Brisbane, Gateway to the Sunshine and Gold Coasts
Brisbane, on the eastern seaboard of Australia around 600 miles north of Sydney, is the continent’s third largest city with over 1.5 residents.
The city originally started out as a penal colony. In the mid 1820s a convict settlement was relocated inland from Redcliffe to a patch of ground on the Brisbane river - this area of land is now home to the central business district. The opening tally of convicts was just 45 men and 2 women. In the late 1830s the area’s suitability for farming, fishing and timber felling led to the region being opened for settlement by free men. In 1859 following Queen Victoria’s Queensland Proclamation, which declared Queensland a separate colony to New South Wales, Brisbane was picked as the colony’s capital. This led to an upswing in commerce, and by the end of the century Brisbane was the principal center of industry in the area.
In the 20th century Brisbane grew into a large urban conurbation as suburbs of low density housing spread over a large area.
Today Brisbane ranks as one of Australia's most prestigious cities. It is welcoming to incomers, who hope to try out the continent’s 'New World' city, popular with tourists, coming to enjoy the many sights, and vital to numerous companies, wanting to be part of an important mining industry hub.
Cruise Ship Terminals
Cruise ships dock at 2 locations, Portside Wharf, a homeport terminal at Hamilton near the city center, and the Port of Brisbane's Multi User Terminal, a day call facility at Fisherman Island 15 miles east of the city center.
Portside Wharf is a stylish development encompassing bars, residential housing, shopping and plaza. The river frontage of the complex serves as a state-of-the art cruise terminal. Facilities available include check-in desks, security, baggage handling, quarantine, immigration and cash machine. Portside Wharf can berth just one ship of up to 270 meters in length. Downstream, the 50m high Brisbane Gateway Bridge imposes restrictions on the size of vessel that can use the terminal.
Port Of Brisbane Multi User Terminal
Day call cruise ships berth at the Freight Terminal beside the Grain pier at the Port Of Brisbane on Moreton Bay. The facility is also capable of handling large ships, up to 350m in length. There are no public transport services linking the terminal to Brisbane, so cruise passengers have to use buses organized by the shipping agent.
Cruises From Brisbane
A wide range of cruise vacations are on offer with durations of 7, 14 nights or even longer. Sail northeast to the sunny New Caledonia and Vanuatu islands to relax on a warm beach, or travel north to the picture-perfect Whitsundays to snorkel in crystal clear waters teaming with marine life. Longer cruises are also available, such as to exotic Papua New Guinea, and the epic circumnavigation of New Zealand.
Things To Do In Brisbane
A self guided walking tour is ideal for an inquisitive explorer who would like to learn about the history of the city. You can pick up a walking tour map at the central Visitor Information centre situated on Edward Street in Queen Street Mall. Historical sights to visit include George Street Mansions, home of Queenland's first woman doctor, the Commissariat Store, a center for the reception storage and distribution of food to the Moreton and Brisbane penal colonies, Parliament House, designed by the winning entry of an Australia-wide architecture competition, St Stephens, built in 1850 with a neo-gothic frontage and the Anzac Memorial, constructed to commemorate all Queenslanders who fought and died in WWI.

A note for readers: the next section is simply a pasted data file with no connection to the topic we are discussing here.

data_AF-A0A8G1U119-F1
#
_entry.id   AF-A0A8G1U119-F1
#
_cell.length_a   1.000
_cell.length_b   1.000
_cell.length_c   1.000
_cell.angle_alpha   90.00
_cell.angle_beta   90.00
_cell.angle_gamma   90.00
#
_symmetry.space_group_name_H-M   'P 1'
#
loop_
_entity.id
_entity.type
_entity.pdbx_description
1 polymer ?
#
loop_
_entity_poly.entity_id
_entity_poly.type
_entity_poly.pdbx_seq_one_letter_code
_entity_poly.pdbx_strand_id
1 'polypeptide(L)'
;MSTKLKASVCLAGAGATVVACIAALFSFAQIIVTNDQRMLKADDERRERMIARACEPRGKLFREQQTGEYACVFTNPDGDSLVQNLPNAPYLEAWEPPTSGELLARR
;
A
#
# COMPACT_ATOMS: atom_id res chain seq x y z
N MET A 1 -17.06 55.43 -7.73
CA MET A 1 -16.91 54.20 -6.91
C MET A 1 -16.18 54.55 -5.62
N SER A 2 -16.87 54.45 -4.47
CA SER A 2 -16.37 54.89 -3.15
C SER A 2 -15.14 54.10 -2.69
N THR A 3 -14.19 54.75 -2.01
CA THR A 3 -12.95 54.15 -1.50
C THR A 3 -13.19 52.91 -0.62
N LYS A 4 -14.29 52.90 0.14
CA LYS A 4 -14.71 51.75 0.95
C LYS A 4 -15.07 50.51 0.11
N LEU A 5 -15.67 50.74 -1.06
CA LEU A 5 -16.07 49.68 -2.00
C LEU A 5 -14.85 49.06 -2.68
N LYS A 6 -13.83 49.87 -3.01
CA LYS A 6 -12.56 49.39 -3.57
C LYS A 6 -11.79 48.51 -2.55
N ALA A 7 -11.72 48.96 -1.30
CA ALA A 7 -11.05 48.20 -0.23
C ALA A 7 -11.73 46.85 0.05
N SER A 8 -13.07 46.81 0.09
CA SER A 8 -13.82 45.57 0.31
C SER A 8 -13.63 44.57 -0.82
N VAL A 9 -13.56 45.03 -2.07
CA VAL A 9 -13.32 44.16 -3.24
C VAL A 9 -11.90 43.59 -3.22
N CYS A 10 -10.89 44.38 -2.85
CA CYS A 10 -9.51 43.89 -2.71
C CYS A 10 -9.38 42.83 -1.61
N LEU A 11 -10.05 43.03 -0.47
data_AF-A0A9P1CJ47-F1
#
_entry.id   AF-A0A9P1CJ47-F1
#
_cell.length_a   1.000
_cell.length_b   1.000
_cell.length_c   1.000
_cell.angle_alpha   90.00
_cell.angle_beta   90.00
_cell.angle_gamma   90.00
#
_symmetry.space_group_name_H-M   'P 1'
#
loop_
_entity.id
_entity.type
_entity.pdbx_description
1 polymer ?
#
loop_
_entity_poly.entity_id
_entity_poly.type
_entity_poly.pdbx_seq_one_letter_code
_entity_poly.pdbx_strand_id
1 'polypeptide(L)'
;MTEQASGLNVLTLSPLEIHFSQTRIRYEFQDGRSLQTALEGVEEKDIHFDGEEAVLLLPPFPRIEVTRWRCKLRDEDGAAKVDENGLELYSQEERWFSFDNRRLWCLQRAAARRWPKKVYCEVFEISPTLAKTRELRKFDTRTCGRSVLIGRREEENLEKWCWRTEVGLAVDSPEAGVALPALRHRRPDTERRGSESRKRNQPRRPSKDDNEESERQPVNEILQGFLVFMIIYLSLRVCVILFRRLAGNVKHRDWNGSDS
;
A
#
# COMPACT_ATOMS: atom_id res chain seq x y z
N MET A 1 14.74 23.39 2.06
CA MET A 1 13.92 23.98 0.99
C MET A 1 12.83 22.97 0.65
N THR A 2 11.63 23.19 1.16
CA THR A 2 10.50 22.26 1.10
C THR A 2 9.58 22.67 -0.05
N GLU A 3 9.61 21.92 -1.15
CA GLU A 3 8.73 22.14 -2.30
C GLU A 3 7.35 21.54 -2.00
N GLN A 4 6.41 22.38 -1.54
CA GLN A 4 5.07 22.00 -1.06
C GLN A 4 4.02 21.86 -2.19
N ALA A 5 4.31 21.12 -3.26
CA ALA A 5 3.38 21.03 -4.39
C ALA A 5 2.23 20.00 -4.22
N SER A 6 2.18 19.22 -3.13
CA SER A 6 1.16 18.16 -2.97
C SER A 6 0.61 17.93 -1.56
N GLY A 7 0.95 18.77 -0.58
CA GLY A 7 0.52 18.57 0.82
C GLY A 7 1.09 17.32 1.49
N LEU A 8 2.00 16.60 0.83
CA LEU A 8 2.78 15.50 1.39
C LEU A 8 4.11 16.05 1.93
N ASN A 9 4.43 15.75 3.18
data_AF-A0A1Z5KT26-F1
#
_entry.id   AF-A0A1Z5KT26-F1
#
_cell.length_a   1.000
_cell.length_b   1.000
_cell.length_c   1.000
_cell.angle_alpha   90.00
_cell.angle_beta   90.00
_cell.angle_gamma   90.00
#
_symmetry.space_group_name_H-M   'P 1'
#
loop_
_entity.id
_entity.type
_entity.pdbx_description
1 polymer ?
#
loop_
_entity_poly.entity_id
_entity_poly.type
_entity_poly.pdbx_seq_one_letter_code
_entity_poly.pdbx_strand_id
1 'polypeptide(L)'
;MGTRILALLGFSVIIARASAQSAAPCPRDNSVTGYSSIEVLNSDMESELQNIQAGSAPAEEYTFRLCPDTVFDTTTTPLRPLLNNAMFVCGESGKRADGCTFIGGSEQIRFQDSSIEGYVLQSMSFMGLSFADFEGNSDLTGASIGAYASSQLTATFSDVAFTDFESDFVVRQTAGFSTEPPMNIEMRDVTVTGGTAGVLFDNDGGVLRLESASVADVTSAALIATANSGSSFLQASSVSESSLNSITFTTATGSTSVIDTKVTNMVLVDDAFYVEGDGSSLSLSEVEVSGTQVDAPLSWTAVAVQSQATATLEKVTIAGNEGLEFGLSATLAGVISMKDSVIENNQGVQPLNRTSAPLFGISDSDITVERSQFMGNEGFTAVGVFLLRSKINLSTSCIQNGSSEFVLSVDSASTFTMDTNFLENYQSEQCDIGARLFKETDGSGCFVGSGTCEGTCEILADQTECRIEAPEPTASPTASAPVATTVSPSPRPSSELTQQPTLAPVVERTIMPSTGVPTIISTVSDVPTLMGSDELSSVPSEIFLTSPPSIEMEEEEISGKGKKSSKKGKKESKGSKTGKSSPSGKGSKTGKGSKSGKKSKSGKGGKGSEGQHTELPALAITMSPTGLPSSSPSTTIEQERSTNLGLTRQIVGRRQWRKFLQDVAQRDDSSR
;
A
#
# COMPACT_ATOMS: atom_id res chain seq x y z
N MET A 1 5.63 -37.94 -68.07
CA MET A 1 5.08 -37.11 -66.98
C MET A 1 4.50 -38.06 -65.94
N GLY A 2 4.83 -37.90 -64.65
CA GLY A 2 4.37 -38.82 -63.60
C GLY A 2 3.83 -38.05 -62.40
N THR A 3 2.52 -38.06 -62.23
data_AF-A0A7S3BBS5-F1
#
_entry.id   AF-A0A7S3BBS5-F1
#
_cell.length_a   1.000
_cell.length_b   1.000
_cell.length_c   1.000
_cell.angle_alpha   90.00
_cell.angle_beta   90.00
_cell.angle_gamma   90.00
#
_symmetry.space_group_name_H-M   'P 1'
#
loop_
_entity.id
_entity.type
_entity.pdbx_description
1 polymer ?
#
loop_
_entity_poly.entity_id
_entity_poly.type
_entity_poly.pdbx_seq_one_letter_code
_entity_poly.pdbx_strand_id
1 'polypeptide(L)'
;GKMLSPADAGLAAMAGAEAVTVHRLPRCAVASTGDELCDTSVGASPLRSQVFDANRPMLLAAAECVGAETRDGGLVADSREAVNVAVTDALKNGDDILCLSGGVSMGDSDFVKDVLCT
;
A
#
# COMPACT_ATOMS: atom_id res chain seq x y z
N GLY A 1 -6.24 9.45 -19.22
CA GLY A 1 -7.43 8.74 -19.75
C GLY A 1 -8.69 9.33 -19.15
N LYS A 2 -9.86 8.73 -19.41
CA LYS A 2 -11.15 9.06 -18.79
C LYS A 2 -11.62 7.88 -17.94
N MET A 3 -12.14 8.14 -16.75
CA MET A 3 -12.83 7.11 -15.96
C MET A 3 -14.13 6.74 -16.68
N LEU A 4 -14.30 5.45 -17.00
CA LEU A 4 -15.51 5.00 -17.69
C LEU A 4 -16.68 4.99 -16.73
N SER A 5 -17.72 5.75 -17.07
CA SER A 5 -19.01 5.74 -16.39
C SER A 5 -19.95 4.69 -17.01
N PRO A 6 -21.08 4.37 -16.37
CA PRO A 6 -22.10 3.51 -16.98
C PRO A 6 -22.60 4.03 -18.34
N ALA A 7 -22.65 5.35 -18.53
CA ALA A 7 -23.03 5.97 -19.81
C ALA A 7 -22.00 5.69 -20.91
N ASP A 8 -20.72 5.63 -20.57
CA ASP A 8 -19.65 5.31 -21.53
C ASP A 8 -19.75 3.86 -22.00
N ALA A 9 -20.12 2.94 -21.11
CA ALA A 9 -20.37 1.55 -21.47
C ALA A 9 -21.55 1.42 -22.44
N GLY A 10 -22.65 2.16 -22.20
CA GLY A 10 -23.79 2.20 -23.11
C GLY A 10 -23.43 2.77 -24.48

South Bank Parklands
The South Bank Parklands are located on the site of Brisbane's World Expo 88, and many of the buildings and art structures constructed for the event are still in situ. Walk along the Grand Arbour, a 1000m long patch beneath curling steel columns covered by a riot of flowers. Take time out at the Nepal Peace Pagoda, a magnificent recreation of a Nepalese Temple, popular as a wedding venue. Or have a picnic at Streets Beach, a wide curve of artificial sand fronting a blue lake.
South Bank Cultural Centre
Within a short walk of the CBD, the well-designed South Bank Cultural Centre features two significant art galleries, and an enthralling museum. The Queensland Art Gallery presents an impressive collection of paintings, sculptures, collages and mixed media art. The Gallery of Modern Art is devoted to works of art from the 20th and 21st centuries and includes cinematic and multimedia works as part of its collection. The Queensland Museum is the curator of Queensland's natural and cultural legacy with a selection of over a million objects providing an understanding into the state's fascinating history.
Lone Pine Koala Sanctuary
Founded in 1927 on 5 acres by the Brisbane River, the Lone Pine Koala Sanctuary is the world's first and largest koala sanctuary with over 130 koalas. The sanctuary is open from 9am to 5pm, every day of the week. Traveling to the sanctuary from the city by bus or taxi takes about 20 minutes.
50 miles south east from Brisbane (and even closer from the Port of Brisbane) lies Surfers Paradise, the hub of the famous Gold Coast. The city offers lots to do. Enjoy a long lunch in one of the casual beach restaurants. Shop in any of a huge number of attractive stores. Or revel in a refreshing dip in the magnificent Pacific on Main Beach.
Traveling to the Portside Wharf
Portside Wharf is well situated whether traveling by plane, cab, public transport or car. Set aside around half an hour for the transfer to the cruise terminal from the airport.
Cruise Port Map
(click on image for larger image)
Cruise Port Location(s)
@ googlemaps.com Portside Wharf (Brisbane Cruise Terminal)
Port of Brisbane
Portside Wharf (Brisbane Cruise Terminal) and Port of Brisbane (Multi User Terminal)
Port of Brisbane